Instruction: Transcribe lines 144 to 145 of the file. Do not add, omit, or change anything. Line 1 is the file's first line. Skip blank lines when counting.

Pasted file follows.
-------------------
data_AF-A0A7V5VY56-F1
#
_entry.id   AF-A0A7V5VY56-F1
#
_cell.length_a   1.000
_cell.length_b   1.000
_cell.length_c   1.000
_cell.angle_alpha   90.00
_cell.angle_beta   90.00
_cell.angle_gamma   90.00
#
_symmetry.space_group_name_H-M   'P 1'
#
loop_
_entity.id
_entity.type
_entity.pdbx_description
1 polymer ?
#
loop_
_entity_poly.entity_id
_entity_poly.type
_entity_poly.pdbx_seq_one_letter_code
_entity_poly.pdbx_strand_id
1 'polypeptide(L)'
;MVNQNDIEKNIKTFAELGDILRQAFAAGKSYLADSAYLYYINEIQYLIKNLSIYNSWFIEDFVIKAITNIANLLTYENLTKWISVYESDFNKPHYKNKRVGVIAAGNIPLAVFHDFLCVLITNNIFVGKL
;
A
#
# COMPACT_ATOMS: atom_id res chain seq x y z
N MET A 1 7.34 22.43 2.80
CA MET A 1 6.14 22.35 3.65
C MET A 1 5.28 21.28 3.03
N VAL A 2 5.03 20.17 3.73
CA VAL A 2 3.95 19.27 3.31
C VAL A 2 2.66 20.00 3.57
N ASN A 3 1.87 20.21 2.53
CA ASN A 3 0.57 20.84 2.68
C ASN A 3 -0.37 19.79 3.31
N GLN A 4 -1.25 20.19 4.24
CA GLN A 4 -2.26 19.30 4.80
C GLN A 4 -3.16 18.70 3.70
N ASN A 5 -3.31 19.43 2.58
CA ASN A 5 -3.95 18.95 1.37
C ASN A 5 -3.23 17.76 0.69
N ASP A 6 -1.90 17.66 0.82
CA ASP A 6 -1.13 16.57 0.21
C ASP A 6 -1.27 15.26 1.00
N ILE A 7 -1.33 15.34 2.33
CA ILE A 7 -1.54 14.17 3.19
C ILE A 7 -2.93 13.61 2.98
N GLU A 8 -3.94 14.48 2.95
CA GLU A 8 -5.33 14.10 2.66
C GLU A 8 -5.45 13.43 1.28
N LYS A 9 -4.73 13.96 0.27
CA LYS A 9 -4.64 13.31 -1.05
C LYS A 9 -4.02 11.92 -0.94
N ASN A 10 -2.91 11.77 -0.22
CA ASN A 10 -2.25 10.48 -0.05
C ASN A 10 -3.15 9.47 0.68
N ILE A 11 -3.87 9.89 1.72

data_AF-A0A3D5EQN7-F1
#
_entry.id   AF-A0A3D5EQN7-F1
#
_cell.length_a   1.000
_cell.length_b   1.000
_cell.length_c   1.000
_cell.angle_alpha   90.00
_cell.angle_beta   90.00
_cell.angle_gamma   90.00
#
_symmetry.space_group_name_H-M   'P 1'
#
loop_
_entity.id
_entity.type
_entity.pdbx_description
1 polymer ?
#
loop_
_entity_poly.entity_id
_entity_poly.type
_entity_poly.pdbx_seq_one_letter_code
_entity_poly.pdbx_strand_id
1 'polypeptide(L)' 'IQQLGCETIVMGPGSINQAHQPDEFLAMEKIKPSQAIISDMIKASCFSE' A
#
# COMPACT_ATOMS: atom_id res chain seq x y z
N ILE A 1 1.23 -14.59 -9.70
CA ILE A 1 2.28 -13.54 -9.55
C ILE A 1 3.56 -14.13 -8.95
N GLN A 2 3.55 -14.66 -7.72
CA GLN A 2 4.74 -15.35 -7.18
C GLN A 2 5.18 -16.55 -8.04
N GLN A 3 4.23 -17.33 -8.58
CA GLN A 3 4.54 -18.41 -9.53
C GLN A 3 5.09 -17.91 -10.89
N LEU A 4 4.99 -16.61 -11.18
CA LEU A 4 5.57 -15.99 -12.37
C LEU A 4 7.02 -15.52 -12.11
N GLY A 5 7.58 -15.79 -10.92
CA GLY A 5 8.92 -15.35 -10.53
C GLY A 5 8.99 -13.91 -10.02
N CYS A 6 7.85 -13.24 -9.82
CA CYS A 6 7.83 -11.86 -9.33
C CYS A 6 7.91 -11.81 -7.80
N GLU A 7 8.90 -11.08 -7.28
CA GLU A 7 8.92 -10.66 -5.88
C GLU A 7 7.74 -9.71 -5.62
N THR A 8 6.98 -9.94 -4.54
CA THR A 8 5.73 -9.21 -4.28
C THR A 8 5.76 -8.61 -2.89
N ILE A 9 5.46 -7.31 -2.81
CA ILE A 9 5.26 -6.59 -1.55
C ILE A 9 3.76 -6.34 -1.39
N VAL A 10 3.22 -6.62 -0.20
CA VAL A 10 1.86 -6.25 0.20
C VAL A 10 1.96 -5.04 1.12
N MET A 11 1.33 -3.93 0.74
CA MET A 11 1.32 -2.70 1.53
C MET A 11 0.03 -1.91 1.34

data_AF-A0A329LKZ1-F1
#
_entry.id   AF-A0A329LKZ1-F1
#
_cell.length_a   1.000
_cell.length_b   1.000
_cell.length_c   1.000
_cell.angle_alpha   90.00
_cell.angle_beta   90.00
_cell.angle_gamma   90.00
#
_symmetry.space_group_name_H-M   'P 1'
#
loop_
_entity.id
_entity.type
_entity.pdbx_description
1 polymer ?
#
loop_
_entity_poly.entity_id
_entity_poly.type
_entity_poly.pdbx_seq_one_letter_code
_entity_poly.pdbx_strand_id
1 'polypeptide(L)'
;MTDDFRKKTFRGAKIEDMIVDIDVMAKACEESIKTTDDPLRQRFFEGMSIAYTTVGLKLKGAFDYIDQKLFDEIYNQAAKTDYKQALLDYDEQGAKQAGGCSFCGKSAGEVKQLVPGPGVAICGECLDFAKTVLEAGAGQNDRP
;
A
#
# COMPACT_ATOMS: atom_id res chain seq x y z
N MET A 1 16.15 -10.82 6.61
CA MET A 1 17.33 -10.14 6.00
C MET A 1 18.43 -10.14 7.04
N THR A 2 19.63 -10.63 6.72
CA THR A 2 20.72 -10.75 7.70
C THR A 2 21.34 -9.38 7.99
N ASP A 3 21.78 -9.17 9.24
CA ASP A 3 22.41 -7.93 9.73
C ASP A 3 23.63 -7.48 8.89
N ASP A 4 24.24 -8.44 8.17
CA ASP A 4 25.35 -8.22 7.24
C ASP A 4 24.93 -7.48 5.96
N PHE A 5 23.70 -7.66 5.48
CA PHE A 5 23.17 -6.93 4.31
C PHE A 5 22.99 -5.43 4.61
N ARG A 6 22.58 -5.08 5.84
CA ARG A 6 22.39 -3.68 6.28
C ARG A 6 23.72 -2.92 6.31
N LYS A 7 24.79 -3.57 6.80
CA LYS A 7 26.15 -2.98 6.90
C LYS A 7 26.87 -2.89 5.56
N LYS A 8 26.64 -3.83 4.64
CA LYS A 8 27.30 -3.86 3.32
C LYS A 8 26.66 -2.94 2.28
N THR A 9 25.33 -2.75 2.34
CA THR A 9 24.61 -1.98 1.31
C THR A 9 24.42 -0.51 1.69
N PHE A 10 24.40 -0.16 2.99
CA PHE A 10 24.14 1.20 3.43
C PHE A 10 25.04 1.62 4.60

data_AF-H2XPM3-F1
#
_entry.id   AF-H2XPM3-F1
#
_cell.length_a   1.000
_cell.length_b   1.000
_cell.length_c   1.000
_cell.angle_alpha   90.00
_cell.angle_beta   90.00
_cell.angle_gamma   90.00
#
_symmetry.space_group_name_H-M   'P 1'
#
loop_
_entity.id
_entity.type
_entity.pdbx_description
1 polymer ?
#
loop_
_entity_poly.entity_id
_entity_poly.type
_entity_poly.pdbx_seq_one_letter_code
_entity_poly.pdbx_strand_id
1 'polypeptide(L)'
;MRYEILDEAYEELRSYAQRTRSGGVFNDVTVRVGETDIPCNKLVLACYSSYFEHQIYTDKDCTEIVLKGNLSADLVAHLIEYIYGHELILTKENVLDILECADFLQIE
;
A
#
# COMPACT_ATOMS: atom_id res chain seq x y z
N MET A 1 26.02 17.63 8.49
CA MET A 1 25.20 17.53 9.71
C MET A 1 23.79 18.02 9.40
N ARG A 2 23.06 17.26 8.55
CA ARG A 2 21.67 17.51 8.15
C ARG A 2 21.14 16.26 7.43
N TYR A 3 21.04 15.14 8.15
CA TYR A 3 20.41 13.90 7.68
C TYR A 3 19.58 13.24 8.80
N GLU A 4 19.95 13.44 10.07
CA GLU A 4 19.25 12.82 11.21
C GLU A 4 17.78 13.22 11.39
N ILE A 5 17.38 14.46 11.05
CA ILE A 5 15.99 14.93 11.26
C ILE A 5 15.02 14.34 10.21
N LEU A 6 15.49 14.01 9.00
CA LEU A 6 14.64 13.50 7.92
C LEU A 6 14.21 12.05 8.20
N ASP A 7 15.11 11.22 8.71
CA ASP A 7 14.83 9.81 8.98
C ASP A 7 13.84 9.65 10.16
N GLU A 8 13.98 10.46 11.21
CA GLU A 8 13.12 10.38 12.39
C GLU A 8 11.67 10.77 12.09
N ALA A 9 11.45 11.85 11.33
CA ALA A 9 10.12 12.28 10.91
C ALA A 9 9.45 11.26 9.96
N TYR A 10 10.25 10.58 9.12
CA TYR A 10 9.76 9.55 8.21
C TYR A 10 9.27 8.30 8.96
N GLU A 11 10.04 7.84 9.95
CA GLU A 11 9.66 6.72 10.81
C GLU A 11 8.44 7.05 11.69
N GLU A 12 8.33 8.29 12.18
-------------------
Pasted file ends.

_entity_poly.pdbx_seq_one_letter_code
_entity_poly.pdbx_strand_id